Burnout Paradise – Switch Report
I must have replayed this game four times by now, across multiple generations and devices, yet it always draws me back in. The sense of speed is phenomenal, and I don’t think it has been bettered yet in an arcade racer. Experienced in handheld mode on the Switch’s gorgeous screen, running at 60fps without a hitch, I almost shat my pants the first time I rode a bike!
The beauty of this remaster is that all the DLC areas and vehicles are included, so you don’t need to work up from a hunk of junk. You can jump right into a beast from the opening minutes and carve up races designed for a much less powerful ride. It’s empowering to make your mark on Paradise City, owning road times both online and offline, embracing the “every intersection is a new challenge” motto that the game is built around.
As mentioned, it runs beautifully in Switch, sporting 60fps at 720p in handheld and 60fps 900p docked. Once I’d changed the brightness and contrast settings to suit my eyes, the only issue I had in handheld was being able to react in time for what was coming up. I felt a little bit like I was squinting into the distance and the small map was not easy to safely glance at while moving so quickly. It also feels to me like the traffic density is reduced when undocked to compensate for this, but this could just be that I’m used to the road density of more modern racers. Once you get to know the streets, this becomes less of an issue. You also learn to rely on the game’s guidance system, which is brilliant in the way it flashes street names that you need to turn down like indicator lights.
In my review of this on PS4, I said the following: Paradise City feels close, familiar and comfortable, and while you may not come to know every landmark, corner and shortcut, there’s enough familiarity to allow memory to kick in and for your eyes to relax their need to flit down at the mini-map whilst careening at ridiculous speeds through city streets. It also plays smartly with verticality, offering views of billboards that elicit the question: “How do I get up to smash that?” Invariably, there will be some sequence of jumps or a high-rise parking structure to offer an answer.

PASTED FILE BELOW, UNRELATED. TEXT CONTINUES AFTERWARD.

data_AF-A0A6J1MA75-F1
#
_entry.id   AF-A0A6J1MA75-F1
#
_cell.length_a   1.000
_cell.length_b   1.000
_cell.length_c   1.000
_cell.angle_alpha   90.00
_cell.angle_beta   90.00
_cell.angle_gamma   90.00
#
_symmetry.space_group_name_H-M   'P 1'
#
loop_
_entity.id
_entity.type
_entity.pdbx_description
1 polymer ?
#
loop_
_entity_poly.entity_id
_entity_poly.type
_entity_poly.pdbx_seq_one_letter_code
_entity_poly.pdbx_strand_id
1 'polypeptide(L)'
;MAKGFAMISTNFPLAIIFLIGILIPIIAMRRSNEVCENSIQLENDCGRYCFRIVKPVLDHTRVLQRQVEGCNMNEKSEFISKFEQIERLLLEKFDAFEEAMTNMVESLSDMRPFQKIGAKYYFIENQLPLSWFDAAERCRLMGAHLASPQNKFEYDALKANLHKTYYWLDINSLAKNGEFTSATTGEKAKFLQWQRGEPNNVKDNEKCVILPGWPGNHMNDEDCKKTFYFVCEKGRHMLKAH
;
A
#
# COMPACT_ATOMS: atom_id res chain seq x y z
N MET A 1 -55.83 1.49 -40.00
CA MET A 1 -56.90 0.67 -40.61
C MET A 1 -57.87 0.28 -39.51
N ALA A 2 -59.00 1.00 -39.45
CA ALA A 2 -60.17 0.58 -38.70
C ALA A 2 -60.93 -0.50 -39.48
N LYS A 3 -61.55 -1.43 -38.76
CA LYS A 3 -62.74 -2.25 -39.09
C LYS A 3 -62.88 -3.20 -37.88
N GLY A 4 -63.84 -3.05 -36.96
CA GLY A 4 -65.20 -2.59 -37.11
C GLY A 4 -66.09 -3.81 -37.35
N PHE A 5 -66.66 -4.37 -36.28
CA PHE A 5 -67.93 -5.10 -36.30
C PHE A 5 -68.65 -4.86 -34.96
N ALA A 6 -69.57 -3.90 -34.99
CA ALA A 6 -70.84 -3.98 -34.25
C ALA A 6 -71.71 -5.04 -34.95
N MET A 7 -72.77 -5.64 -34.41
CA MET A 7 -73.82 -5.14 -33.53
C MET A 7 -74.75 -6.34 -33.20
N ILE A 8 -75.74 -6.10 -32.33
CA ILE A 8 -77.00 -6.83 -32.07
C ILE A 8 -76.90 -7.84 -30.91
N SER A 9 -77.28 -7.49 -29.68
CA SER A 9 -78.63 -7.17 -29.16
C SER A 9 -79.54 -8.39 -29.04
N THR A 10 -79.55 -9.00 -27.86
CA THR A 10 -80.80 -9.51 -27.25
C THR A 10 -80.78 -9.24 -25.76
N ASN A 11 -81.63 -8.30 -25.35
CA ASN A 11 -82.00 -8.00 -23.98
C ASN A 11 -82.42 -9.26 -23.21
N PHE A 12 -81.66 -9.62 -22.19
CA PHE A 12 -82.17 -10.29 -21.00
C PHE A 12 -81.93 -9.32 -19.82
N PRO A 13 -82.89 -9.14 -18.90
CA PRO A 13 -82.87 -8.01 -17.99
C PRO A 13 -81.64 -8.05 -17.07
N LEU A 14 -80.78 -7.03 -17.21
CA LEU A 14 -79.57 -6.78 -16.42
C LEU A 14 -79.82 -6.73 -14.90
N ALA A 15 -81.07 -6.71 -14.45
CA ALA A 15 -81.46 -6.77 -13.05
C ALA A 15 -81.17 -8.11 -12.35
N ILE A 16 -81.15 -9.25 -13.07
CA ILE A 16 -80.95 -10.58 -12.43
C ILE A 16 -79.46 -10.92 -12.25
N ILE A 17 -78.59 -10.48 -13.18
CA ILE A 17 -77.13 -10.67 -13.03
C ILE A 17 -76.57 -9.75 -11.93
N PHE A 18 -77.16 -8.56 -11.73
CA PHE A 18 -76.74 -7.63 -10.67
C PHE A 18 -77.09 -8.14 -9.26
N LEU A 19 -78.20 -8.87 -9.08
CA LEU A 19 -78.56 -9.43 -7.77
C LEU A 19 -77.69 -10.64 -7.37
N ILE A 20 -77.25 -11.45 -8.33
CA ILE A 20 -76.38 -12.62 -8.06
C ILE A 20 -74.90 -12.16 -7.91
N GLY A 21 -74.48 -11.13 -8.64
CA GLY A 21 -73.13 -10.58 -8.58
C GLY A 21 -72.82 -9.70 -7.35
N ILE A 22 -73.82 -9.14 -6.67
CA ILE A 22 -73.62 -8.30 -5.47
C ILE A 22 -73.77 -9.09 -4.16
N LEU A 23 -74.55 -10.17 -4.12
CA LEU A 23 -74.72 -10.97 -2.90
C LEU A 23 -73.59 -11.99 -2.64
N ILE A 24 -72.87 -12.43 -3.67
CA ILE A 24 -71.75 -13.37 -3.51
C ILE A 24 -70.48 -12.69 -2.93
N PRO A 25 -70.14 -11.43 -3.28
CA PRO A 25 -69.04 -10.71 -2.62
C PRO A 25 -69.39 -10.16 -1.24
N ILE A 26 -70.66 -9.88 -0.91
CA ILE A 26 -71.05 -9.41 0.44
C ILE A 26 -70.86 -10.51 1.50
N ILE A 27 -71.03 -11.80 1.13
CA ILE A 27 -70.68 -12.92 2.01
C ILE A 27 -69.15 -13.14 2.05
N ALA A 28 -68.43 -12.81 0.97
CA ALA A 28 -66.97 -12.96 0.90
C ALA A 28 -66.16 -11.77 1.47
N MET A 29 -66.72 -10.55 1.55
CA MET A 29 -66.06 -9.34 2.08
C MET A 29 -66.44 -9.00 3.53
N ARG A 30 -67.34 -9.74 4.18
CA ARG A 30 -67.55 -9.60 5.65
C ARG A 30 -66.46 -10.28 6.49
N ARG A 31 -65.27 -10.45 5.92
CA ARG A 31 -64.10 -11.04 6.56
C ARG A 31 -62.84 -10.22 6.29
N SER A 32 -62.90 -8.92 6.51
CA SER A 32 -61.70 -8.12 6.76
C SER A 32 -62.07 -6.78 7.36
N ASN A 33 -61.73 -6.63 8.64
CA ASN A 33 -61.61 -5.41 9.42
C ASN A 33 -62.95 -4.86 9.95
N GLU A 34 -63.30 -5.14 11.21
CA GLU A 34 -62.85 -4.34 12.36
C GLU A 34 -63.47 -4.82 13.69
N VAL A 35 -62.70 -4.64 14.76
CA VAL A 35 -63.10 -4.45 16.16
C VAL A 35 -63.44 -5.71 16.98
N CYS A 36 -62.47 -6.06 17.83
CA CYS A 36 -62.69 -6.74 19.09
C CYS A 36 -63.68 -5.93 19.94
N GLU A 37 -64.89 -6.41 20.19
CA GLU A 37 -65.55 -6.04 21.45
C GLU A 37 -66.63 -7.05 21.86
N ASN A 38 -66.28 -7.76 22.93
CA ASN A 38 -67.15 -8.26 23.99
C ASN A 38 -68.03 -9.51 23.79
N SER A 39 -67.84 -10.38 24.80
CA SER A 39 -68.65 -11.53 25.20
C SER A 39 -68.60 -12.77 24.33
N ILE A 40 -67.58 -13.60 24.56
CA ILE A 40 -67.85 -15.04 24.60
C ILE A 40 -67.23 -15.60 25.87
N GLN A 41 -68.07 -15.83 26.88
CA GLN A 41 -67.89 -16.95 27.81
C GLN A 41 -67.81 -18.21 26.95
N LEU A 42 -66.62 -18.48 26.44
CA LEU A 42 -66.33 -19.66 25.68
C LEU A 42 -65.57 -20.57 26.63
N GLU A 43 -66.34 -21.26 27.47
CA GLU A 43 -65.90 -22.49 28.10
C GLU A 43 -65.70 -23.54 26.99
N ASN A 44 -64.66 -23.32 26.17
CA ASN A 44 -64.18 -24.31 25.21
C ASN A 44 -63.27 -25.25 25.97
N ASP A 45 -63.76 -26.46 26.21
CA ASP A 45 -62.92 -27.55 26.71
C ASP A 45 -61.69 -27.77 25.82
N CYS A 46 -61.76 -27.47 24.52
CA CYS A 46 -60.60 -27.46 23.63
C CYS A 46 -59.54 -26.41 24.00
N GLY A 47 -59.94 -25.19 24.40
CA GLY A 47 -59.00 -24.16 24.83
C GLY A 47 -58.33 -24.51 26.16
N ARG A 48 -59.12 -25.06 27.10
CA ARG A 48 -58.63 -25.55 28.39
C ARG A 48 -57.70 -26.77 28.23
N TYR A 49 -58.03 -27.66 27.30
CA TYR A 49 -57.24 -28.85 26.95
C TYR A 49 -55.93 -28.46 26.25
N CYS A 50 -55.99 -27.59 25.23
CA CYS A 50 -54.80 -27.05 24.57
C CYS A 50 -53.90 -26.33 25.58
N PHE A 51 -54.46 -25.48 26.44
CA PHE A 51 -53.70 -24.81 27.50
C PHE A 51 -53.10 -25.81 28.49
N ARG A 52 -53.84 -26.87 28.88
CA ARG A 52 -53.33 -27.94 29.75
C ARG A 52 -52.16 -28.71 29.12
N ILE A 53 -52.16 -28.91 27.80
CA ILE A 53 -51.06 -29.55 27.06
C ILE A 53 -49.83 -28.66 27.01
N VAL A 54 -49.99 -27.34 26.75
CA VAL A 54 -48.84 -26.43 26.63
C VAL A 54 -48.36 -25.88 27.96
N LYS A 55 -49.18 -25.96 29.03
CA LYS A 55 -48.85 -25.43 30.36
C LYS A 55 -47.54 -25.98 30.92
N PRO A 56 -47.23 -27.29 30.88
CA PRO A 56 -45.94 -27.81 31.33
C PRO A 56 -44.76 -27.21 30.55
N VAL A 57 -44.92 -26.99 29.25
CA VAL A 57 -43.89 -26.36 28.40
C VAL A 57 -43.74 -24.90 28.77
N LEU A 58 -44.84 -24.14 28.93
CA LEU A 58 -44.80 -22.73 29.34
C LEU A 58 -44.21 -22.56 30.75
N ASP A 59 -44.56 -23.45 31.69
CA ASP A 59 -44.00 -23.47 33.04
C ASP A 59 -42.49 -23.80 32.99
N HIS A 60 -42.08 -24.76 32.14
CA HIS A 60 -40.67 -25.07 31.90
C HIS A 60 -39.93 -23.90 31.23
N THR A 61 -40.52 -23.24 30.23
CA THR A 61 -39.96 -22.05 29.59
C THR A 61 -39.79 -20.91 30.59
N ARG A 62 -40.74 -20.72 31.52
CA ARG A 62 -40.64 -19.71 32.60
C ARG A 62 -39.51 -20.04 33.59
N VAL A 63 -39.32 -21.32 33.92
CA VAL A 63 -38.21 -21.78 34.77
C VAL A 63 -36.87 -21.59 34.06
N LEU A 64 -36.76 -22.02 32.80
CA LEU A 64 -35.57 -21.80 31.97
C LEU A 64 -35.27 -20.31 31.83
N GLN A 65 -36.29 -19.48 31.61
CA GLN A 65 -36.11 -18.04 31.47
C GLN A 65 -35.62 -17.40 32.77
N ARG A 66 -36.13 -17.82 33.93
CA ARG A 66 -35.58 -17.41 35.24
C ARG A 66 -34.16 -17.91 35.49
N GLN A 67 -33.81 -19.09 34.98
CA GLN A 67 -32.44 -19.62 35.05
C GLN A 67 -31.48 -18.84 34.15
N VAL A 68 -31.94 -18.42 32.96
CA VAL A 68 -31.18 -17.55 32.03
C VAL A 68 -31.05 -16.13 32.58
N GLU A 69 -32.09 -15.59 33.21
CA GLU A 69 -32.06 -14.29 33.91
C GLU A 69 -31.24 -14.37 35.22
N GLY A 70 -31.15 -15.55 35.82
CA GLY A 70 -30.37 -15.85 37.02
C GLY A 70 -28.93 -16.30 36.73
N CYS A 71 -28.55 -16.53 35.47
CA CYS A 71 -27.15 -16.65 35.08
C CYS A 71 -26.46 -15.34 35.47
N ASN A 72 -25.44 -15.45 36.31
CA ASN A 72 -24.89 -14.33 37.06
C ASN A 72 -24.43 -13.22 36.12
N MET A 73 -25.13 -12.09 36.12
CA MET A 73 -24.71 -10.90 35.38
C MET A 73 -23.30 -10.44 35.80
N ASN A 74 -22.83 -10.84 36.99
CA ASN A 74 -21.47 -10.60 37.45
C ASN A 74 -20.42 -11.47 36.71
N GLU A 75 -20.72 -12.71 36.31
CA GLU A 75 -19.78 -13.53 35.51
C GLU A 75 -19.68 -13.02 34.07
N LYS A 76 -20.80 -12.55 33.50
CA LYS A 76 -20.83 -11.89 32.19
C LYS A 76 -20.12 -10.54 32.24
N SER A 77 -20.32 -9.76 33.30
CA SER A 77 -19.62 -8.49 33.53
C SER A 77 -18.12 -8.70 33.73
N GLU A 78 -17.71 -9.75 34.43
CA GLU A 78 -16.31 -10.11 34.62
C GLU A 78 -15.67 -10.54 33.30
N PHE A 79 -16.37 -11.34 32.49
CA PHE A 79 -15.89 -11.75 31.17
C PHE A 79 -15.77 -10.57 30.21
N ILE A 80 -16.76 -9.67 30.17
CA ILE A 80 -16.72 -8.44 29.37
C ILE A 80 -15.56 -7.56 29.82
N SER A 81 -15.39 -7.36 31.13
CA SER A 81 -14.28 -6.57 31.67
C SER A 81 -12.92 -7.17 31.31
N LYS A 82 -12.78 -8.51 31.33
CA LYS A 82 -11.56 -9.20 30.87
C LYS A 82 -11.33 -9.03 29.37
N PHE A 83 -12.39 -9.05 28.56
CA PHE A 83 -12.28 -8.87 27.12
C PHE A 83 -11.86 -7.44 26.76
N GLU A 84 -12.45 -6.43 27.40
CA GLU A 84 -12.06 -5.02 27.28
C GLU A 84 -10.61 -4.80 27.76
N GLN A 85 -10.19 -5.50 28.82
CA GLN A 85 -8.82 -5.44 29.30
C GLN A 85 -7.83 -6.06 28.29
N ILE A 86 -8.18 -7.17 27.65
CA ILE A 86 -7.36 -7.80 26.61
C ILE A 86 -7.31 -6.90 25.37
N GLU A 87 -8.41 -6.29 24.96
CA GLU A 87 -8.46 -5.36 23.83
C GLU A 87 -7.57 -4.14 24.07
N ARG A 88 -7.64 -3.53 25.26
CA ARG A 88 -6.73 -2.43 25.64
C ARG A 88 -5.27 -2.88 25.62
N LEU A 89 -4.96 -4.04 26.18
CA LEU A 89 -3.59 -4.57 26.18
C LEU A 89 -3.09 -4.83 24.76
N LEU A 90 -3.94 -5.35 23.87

This is maintained in the Switch version and I am feeling the itch to explore, smash, crash and burn all over again. Mention should also be made of the soundtrack, which is killer, ranging from the eponymous title from Guns N’ Roses through to Jane’s Addiction, Killswitch Engage, Alice in Chains, Depeche Mode, Faith No More, Soundgarden and more.
I can recommend this for anyone who skipped the remaster on console. For those who have already double-dipped, the only reason you might want this is if you absolutely must have your Burnout Paradise fix whilst in transit. Otherwise, it is identical to the previous remaster release, just on a less powerful system and with touch controls for menus. It does look very beautiful in action, though, and could be the kind of game to show the Switch off to visitors and strangers on the bus.
It is said that Dylan Burns has no shadow, or if he does that it portents a shifting of the elder signs that govern the floating curses of the universe, gathering their power and directing ill intent and misfortune to all game developers that enact post-release patches. Consequently, Dylan’s shadow curse finds itself working overtime, permanently engaged, thus the propagation of legend. When not guiding the swirling forces of evil, Dylan enjoys writing (evil) fiction, taking menacing walks, and lurking behind bus stops with a general demeanour that suggests malevolence.